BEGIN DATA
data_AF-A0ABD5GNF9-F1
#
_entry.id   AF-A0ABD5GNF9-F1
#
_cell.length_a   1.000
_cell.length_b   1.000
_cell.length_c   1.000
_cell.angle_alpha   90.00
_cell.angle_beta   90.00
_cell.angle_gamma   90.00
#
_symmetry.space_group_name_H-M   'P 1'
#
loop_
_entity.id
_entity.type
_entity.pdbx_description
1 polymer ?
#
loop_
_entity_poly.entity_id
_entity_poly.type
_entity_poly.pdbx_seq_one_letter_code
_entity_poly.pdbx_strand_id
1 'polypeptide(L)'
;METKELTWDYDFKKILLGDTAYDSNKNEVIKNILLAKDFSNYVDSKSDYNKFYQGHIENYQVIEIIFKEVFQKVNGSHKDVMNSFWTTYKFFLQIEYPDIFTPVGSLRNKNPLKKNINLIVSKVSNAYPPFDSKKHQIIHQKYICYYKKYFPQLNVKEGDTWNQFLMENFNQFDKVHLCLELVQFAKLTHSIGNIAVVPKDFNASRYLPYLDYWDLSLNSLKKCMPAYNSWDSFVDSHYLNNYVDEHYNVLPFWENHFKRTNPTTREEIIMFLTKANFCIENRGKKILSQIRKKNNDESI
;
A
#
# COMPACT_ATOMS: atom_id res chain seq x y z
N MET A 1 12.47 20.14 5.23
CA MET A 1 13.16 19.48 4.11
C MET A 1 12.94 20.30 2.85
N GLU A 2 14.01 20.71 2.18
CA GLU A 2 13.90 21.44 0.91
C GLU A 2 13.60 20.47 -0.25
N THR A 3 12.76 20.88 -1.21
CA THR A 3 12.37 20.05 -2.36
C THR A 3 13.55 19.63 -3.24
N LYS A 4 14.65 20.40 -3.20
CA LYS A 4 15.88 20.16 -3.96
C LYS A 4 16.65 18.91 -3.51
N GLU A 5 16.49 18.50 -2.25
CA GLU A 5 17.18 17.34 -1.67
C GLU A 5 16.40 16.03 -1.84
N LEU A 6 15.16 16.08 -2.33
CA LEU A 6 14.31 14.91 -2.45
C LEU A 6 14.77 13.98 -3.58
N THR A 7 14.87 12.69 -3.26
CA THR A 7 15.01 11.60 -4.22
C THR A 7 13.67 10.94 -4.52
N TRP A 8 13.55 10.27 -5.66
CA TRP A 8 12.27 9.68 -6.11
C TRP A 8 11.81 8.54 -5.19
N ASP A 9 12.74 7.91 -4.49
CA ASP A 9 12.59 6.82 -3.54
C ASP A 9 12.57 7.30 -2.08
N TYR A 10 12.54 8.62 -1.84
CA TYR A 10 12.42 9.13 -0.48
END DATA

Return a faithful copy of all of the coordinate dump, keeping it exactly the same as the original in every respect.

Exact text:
data_AF-A0ABD5GNF9-F1
#
_entry.id   AF-A0ABD5GNF9-F1
#
_cell.length_a   1.000
_cell.length_b   1.000
_cell.length_c   1.000
_cell.angle_alpha   90.00
_cell.angle_beta   90.00
_cell.angle_gamma   90.00
#
_symmetry.space_group_name_H-M   'P 1'
#
loop_
_entity.id
_entity.type
_entity.pdbx_description
1 polymer ?
#
loop_
_entity_poly.entity_id
_entity_poly.type
_entity_poly.pdbx_seq_one_letter_code
_entity_poly.pdbx_strand_id
1 'polypeptide(L)'
;METKELTWDYDFKKILLGDTAYDSNKNEVIKNILLAKDFSNYVDSKSDYNKFYQGHIENYQVIEIIFKEVFQKVNGSHKDVMNSFWTTYKFFLQIEYPDIFTPVGSLRNKNPLKKNINLIVSKVSNAYPPFDSKKHQIIHQKYICYYKKYFPQLNVKEGDTWNQFLMENFNQFDKVHLCLELVQFAKLTHSIGNIAVVPKDFNASRYLPYLDYWDLSLNSLKKCMPAYNSWDSFVDSHYLNNYVDEHYNVLPFWENHFKRTNPTTREEIIMFLTKANFCIENRGKKILSQIRKKNNDESI
;
A
#
# COMPACT_ATOMS: atom_id res chain seq x y z
N MET A 1 12.47 20.14 5.23
CA MET A 1 13.16 19.48 4.11
C MET A 1 12.94 20.30 2.85
N GLU A 2 14.01 20.71 2.18
CA GLU A 2 13.90 21.44 0.91
C GLU A 2 13.60 20.47 -0.25
N THR A 3 12.76 20.88 -1.21
CA THR A 3 12.37 20.05 -2.36
C THR A 3 13.55 19.63 -3.24
N LYS A 4 14.65 20.40 -3.20
CA LYS A 4 15.88 20.16 -3.96
C LYS A 4 16.65 18.91 -3.51
N GLU A 5 16.49 18.50 -2.25
CA GLU A 5 17.18 17.34 -1.67
C GLU A 5 16.40 16.03 -1.84
N LEU A 6 15.16 16.08 -2.33
CA LEU A 6 14.31 14.91 -2.45
C LEU A 6 14.77 13.98 -3.58
N THR A 7 14.87 12.69 -3.26
CA THR A 7 15.01 11.60 -4.22
C THR A 7 13.67 10.94 -4.52
N TRP A 8 13.55 10.27 -5.66
CA TRP A 8 12.27 9.68 -6.11
C TRP A 8 11.81 8.54 -5.19
N ASP A 9 12.74 7.91 -4.49
CA ASP A 9 12.59 6.82 -3.54
C ASP A 9 12.57 7.30 -2.08
N TYR A 10 12.54 8.62 -1.84
CA TYR A 10 12.42 9.13 -0.48